Christmas Eve Meal
Christmas Eve Meal
Christmas Eve and the night of Christmas are a special time. On these bright festive days, it is traditional for the whole family to gather around one big table to celebrate the great feast of Christmas.
In collaboration with the historical reconstruction project TASTE OF HISTORY we prepared for you 10 recipes for traditional dishes of the holiday table.
TASTE OF HISTORY is a union of two historians and reconstructors, cooks, friends and colleagues: Olga Mamaeva and Sofia Vdovicheva. The culinary project exists since 2013. At first it was called a Medieval Cuisine Cookbook and covered only the Middle Ages. Now the time frame of the project is wider: from antiquity to the October Revolution in Russia.
In order to get the most complete and authentic recipes, the authors study rare cookbooks, translate recipes from foreign old books, and participate in festivals.
For cooking, they often use not a modern oven, but a stove or a fire. They also try to find authentic dishes from the times of the recipe’s invention, and cook while wearing historical costumes.
Christmas Eve
Christmas Eve is the last day of the 40 days of Christmas (or Filippov) Lent, the day before Christmas. According to the Gregorian calendar adopted in Russia, Christmas Eve is celebrated on January 6.
From Christmas to Baptism
Christmas comes when the Christmas Day service begins. The service is the holiday itself. After the divine service people go home and have not fasting, but a usual holiday meal.
People return to their homes after the service and can eat unleavened feast foods.
Usually after the service people ate a simple meal: eggs, curd, some fish. The main meal happened afterwards, when the whole family and guests gathered around the table. Goose and meat dishes were welcomed on the table.
Traditional Christmas Dishes

On Christmas Eve, the whole family sat down at the table. Both children and adults made cows from unflavored dough, kneaded with milk. Milk, wheat flour, and salt were the only ingredients. Later the recipe became more complicated, spices and sugar were added to the dough. Already formed gingerbreads were taken out into the cold yard all night, and on Christmas morning they were sent into the oven. In memory of the holiday, a few masterfully made figures were kept in houses for the whole year.

For Christmas in Russia they baked kozuli, animal-shaped gingerbread. They were Christmas tree decorations, treats and home talismans.
In northern villages, kozuli were either cut out of rolled dough with a special mold (which was cherished and passed on as a legacy), or molded like clay toys. Baked gingerbreads were covered with white sugar or pink glaze, which was made with cranberry or lingonberry juice.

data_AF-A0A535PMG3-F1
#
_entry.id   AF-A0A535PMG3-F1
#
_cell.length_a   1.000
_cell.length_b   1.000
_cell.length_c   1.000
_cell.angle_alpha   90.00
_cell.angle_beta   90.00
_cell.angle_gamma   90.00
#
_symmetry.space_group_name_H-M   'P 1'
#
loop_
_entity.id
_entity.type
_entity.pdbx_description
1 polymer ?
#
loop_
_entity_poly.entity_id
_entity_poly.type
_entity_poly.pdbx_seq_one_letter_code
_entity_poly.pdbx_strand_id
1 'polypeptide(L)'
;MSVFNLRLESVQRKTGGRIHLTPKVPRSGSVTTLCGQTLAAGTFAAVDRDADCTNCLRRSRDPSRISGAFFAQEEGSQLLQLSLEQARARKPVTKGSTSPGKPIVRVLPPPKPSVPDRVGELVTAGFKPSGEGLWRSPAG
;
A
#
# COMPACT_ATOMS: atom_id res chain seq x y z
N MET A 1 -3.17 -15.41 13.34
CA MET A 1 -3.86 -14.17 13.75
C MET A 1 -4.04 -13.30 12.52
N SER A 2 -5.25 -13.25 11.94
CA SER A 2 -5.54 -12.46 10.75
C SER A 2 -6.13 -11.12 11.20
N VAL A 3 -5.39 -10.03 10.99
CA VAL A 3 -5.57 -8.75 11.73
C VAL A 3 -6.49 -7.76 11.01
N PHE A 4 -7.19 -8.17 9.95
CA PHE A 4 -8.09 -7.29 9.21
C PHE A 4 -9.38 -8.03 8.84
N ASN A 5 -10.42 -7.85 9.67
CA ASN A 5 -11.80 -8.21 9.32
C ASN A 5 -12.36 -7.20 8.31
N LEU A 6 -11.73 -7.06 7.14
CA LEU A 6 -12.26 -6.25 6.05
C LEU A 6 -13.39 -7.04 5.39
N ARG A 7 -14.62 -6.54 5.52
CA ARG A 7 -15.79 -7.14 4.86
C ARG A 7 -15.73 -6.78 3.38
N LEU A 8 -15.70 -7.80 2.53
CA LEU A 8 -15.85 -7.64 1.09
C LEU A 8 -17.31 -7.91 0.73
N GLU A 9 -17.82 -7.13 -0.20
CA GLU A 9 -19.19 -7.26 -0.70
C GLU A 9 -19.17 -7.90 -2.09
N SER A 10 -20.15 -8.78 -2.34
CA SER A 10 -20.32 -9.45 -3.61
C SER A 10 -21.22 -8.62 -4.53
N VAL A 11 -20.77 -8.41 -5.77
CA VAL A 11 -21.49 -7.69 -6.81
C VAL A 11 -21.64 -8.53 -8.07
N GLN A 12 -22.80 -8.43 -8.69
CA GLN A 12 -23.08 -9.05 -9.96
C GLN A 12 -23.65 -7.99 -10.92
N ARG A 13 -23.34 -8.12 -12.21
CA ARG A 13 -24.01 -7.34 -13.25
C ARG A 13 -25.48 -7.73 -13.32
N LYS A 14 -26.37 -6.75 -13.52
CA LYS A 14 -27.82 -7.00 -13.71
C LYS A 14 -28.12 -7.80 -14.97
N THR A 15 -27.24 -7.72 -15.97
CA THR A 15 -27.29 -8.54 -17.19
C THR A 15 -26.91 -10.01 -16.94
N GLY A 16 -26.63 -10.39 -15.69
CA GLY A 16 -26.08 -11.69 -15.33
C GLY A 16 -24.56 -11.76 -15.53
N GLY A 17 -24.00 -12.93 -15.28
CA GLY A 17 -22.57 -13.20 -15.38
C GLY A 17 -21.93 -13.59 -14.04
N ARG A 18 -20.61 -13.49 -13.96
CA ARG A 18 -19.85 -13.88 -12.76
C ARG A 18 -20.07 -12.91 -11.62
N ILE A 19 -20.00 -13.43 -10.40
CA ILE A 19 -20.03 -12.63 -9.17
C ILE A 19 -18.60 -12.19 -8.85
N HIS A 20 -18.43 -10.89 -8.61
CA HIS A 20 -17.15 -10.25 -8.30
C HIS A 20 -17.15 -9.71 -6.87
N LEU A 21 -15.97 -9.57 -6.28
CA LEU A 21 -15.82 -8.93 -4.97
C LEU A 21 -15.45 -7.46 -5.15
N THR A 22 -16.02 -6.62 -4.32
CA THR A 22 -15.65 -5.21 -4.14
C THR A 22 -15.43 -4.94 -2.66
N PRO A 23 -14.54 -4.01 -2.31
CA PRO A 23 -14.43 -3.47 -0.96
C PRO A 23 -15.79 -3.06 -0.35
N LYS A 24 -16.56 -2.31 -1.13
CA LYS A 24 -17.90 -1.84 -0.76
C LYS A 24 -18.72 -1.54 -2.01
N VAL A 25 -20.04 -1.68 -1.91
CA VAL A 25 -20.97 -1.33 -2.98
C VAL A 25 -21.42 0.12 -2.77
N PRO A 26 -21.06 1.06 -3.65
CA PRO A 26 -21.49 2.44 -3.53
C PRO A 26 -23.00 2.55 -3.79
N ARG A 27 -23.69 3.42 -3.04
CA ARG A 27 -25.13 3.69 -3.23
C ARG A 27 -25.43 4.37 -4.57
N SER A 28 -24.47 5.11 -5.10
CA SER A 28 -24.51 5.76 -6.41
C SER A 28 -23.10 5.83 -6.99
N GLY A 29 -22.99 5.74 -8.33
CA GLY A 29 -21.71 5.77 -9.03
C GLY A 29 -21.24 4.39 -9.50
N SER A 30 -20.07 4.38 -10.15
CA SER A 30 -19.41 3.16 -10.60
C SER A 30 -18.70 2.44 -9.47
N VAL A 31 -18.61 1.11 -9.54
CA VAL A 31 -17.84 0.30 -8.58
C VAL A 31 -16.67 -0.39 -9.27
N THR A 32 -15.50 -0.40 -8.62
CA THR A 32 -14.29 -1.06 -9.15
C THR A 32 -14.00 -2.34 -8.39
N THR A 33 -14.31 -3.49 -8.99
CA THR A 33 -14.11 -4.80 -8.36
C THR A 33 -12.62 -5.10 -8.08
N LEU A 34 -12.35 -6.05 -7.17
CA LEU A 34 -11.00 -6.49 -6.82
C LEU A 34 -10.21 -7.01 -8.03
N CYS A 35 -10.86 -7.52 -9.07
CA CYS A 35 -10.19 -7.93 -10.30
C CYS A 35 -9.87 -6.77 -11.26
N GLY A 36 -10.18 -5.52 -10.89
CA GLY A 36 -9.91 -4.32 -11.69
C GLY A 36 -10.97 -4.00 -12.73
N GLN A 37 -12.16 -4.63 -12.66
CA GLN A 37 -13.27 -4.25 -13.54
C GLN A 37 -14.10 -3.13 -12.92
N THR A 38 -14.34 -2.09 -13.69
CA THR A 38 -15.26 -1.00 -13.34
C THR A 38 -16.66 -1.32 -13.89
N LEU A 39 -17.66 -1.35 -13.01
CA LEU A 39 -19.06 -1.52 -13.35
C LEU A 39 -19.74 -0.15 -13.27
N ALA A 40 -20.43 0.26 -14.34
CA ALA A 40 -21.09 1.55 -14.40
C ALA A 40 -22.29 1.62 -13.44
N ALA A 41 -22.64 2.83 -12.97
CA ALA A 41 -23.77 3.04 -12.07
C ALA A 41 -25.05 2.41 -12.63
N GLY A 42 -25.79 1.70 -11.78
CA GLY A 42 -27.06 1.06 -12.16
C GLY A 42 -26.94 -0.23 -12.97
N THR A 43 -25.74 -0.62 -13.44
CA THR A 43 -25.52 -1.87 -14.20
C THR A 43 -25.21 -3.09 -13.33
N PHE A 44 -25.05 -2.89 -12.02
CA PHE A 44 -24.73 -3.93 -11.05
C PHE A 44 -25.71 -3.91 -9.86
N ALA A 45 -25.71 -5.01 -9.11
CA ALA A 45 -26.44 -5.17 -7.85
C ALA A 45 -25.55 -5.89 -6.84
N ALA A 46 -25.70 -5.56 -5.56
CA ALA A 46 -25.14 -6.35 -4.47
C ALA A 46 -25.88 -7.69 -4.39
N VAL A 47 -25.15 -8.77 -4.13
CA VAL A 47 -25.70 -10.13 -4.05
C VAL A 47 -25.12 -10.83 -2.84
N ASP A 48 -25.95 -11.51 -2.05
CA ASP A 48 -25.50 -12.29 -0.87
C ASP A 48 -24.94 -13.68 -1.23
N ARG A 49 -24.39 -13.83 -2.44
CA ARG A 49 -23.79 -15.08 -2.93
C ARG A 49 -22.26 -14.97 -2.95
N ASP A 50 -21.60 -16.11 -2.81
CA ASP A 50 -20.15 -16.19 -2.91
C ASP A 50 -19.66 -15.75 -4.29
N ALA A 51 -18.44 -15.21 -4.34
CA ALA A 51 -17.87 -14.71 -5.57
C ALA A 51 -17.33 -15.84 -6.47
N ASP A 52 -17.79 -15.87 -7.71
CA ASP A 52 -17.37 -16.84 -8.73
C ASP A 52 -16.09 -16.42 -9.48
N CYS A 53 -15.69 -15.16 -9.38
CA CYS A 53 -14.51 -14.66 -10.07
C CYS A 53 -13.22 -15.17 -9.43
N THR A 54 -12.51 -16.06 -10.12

• sugar — 5 cups,
  • water — 1 cup,
  • butter — 150 g,
  • eggs — 3 pcs,
  • flour — 0.5 kg,
  • cinnamon — 1 tbsp,
  • cloves,
  • soda.
Burn one cup of sugar, dissolve in a glass of hot water. Add another 2 cups of sugar (until completely dissolved), 150 g of butter, 1 teaspoon of cinnamon, cloves and soda, 1 egg and 2 yolks. Pour about 0.5 kg of flour, knead the dough so that it does not stick to your hands. Keep the dough in a saucepan and cellophane in a cool place for a week. After that, add another 0.5 kg of sugar and roll the dough out to 0.5 cm thickness. Cut out the rolled dough in shapes of tin or thick paper and put it on a baking tray, greased with butter. Grease the gingerbreads with beaten egg and water in a ratio of 1:1 and put in the oven. Bake for 5−7 minutes. Let the gingerbreads dry, then remove them from the baking tray and decorate with glaze.
The second obligatory dish at the Christmas table. Traditionally, vzvar was made from dried fruits, but honey was added instead of sugar. The most popular and widespread vzvar was apple one with the addition of dried or soaked cranberries, lingonberries or raspberries. Mint, oregano, currant leaf, thyme and other aromatic herbs were often added to the drink. You do not need to boil vzvar: just pour fruits with boiling water and leave them to infuse. Thermos is perfect for this purpose. Often, sochivo is diluted with vzvar and eaten as a liquid sweet porridge.
Cold Pork with Horseradish
The recipe from Ekaterina Avdeeva "The Handbook of the Russian Experienced Household"is simple: boil pork in salted water with onions and aromatic herbs — thyme and dill.
Then cut it into pieces and pour horseradish with sour cream. Serve cold.
  • water — 0.5 liters,
  • honey — 150 g,
  • sugar — 150 g,
  • cinnamon — 1 tsp,
  • coriander — 1 tsp,
  • cloves — 10 pcs or 1 tsp,
  • ginger — 1 tsp,
  • bay leave — 3 pcs.
Sbiten (zbiten) is an old East Slavic drink made of water, honey and spices, which often included therapeutic herbal gatherings. Hot sbiten has warming and anti-inflammatory effects. Cold sbiten was no less popular when quenching thirst on a hot day.
Boil water, add honey, sugar and all the spices. Boil for about 20 minutes. Remove the foam as it boils. Drink it hot or cold at your discretion.
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